A Virginia high school forbid a transgender youth from using the boys’ restroom–which aligned with his gender identity. By discriminating against this transgender teen, the school sparked a nationwide outcry.
The case of Gavin Grimm has been watched very closely due to the recent legislation passed by North Carolina that banned anti-discrimination ordinances–a reaction to the Charlotte ordinance.
In the Virginia case, a three-judge panel of the 4th U.S. Circuit Court of Appeals — which also covers North Carolina — ruled 2-1 to overturn the Gloucester County School Board’s policy, saying it violated Title IX, the federal law that bars discrimination in schools. A federal judge had dismissed Grimm’s sex discrimination claim, but the court said that judge disregarded a U.S. Department of Education regulation that transgender students in public schools must be allowed to use the restroom that aligns with their gender identity. “We agree that it has indeed been commonplace and widely accepted to separate public restrooms, locker rooms, and shower facilities on the basis of sex,” the court wrote in its opinion. “It is not apparent to us, however, that the truth of these propositions undermines the conclusion we reach regarding the level of deference due to the department’s interpretation of its own regulations.”
Maxine Eichner, a University of North Carolina law professor who is an expert on sexual orientation and the law, said the ruling had many underlying technical and ethical issues. “The effects of this decision on North Carolina are clear,” she said, adding that a judge in that state will have no choice but to apply the appeals court’s ruling. Other states in the 4th Circuit are Maryland, West Virginia and South Carolina. These states will be directly affected by the ruling, but Eichner said the impact will be more far-reaching. “It is a long and well-considered opinion that sets out the issues,” she said. “It will be influential in other circuits.”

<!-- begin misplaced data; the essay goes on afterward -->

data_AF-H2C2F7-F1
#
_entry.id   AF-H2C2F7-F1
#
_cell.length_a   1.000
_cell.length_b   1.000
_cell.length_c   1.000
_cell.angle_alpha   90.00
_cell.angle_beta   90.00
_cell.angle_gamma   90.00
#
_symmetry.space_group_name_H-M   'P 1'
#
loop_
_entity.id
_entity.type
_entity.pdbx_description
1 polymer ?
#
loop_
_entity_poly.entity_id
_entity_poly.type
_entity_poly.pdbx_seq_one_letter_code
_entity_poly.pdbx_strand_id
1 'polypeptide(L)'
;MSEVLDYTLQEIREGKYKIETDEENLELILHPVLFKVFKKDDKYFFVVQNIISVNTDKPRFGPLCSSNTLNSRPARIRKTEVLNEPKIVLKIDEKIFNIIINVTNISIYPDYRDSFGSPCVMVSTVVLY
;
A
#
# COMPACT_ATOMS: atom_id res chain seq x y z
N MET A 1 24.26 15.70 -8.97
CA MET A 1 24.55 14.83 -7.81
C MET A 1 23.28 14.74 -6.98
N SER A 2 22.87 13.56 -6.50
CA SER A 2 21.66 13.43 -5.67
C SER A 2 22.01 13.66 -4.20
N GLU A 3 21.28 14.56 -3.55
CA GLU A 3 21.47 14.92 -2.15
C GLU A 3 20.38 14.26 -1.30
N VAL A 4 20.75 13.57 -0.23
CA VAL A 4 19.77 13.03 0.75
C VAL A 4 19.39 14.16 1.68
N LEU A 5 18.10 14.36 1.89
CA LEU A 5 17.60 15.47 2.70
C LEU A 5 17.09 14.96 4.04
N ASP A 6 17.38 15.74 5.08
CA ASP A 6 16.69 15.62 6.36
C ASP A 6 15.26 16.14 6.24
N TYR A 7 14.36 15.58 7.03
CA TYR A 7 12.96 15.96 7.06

Appeals court Judge Paul V. Niemeyer, who was appointed to the appeals court by Republican President George H.W. Bush, wrote in a dissenting opinion that the majority’s opinion “completely tramples on all universally accepted protections of privacy and safety that are based on the anatomical differences between the sexes.”
The majority opinion was written by Judge Henry F. Floyd and joined by Judge Andre M. Davis, both appointees of Democratic President Barack Obama. For the past few decades, the federal appeals court has been considered the most conservative out of all courts, but the recent openings have allowed President Obama to adapt it into a more democratic court. Including the two senior judges, the court now has 10 judges appointed by Democrats and seven by Republicans.
Grimm was born female but identifies as male. He was allowed to use the boys’ restrooms at the school for several weeks in 2014. After some parents voiced their complaints, the school adopted a policy that would force transgender youth to go to the bathroom that matches their biological sex. Grimm called the policy “stigmatizing.” School officials said the policy respects the privacy of all students. “I feel so relieved and vindicated by the court’s ruling,” Grimm said in a statement released by the American Civil Liberties Union, which represents him. “Today’s decision gives me hope that my fight will help other kids avoid discriminatory treatment at school.” Grimm, 16, said he started refusing to wear girls’ clothes by age 6 and told his parents he was transgender in April 2014.